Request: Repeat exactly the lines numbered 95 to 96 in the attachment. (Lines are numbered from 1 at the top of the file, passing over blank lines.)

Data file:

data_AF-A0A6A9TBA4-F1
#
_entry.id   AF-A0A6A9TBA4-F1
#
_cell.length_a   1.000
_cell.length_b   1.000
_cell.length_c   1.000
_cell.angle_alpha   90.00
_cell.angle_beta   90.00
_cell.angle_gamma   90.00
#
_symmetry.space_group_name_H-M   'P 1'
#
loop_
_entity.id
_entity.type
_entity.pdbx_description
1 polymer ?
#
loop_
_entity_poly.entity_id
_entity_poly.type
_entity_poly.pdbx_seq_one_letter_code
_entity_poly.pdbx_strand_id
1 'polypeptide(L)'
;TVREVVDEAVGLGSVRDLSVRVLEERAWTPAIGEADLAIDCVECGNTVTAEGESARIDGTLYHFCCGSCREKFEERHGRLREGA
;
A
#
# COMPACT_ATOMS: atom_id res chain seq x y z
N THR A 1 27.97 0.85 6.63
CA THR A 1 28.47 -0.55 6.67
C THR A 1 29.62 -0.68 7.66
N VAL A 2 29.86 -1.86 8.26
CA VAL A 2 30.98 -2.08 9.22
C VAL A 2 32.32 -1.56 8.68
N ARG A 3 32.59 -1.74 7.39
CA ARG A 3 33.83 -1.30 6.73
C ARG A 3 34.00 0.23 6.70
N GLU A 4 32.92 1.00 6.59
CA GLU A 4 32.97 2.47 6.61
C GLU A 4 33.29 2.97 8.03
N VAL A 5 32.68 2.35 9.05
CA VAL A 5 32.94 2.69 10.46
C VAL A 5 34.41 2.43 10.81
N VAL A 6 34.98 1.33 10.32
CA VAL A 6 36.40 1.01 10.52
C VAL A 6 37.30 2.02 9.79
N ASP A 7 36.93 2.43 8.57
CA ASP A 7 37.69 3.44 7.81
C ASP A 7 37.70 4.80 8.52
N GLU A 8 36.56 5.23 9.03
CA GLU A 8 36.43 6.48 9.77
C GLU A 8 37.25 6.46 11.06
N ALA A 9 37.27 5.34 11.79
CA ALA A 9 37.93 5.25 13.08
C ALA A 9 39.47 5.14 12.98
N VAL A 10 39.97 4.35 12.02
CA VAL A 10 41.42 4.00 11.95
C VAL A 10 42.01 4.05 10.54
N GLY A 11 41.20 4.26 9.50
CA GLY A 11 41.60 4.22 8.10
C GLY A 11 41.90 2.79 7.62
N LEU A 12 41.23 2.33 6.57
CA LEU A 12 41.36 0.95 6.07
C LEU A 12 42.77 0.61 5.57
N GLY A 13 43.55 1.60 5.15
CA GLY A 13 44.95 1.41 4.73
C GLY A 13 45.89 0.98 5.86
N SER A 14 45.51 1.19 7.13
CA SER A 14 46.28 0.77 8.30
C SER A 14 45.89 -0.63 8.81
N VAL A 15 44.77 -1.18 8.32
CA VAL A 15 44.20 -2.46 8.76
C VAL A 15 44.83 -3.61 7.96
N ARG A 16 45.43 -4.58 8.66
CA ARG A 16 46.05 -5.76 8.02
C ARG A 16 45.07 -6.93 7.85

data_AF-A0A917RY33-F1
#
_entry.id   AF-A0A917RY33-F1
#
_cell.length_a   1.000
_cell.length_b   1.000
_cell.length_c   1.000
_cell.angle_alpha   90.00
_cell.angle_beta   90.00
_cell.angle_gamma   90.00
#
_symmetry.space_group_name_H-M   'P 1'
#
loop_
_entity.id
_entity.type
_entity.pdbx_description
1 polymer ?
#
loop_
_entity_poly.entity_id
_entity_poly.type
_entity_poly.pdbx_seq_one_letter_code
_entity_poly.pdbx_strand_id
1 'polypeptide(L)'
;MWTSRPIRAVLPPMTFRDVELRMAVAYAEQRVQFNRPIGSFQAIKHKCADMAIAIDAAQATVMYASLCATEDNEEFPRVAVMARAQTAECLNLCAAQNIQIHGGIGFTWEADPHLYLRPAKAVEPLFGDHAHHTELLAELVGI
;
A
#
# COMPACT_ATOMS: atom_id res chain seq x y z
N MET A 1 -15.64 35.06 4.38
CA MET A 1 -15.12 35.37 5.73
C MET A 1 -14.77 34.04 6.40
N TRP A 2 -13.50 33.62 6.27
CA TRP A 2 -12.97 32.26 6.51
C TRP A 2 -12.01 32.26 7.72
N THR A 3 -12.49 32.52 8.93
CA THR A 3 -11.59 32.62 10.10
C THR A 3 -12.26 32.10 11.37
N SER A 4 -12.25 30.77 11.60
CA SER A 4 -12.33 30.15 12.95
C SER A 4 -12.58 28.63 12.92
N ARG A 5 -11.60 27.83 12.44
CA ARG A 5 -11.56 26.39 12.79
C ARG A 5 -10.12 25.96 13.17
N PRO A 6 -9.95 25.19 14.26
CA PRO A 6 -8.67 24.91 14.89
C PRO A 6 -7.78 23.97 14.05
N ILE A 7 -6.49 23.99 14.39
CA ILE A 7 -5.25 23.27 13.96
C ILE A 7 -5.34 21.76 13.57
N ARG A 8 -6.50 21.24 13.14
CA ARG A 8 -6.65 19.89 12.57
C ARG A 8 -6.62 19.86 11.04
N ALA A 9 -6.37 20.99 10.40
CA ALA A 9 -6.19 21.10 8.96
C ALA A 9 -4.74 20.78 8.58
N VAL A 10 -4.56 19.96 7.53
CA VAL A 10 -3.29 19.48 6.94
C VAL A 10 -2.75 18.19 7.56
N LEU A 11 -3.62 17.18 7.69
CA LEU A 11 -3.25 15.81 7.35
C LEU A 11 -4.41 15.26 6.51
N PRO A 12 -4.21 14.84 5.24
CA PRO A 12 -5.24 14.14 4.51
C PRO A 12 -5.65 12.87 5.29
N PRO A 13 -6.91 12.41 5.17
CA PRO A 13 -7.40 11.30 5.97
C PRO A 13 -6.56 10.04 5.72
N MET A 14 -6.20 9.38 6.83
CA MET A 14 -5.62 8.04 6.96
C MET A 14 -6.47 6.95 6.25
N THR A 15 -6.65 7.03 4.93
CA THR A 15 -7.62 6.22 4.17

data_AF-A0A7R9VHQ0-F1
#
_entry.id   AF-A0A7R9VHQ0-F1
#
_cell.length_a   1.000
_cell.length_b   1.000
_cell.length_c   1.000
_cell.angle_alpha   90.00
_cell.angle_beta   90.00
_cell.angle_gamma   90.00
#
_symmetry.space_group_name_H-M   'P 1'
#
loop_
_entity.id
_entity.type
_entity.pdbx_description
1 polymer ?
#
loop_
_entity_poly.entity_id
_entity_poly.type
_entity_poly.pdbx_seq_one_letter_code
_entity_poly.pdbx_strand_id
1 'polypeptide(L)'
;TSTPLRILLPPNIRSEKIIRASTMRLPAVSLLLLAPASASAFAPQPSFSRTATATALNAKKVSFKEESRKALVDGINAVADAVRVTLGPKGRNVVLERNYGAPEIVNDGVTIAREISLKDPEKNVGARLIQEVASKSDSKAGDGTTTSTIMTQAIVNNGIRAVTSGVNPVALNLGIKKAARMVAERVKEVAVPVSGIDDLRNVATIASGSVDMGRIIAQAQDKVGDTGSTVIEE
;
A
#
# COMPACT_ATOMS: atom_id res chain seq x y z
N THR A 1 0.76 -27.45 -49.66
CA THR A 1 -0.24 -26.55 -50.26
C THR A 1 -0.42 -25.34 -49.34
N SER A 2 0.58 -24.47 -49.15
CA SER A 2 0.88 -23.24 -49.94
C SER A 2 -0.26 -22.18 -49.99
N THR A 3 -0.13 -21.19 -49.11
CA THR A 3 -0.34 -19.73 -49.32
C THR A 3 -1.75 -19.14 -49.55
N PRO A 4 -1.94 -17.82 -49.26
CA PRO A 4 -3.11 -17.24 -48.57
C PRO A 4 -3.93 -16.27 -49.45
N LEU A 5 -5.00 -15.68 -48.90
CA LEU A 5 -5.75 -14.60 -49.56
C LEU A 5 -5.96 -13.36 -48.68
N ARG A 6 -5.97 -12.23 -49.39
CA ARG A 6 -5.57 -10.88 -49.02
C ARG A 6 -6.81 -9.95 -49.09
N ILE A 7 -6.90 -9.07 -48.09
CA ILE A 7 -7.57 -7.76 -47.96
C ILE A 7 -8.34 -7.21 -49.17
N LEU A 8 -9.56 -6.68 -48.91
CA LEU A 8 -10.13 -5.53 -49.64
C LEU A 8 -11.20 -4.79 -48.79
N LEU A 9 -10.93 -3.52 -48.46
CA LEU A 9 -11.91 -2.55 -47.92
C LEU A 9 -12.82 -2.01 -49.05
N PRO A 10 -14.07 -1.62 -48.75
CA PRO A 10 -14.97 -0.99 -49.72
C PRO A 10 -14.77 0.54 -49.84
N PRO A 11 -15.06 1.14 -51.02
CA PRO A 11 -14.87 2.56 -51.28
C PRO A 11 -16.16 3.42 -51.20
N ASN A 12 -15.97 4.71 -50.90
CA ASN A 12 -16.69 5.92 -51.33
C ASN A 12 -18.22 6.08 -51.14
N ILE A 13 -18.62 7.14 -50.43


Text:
_entity.pdbx_description
1 polymer ?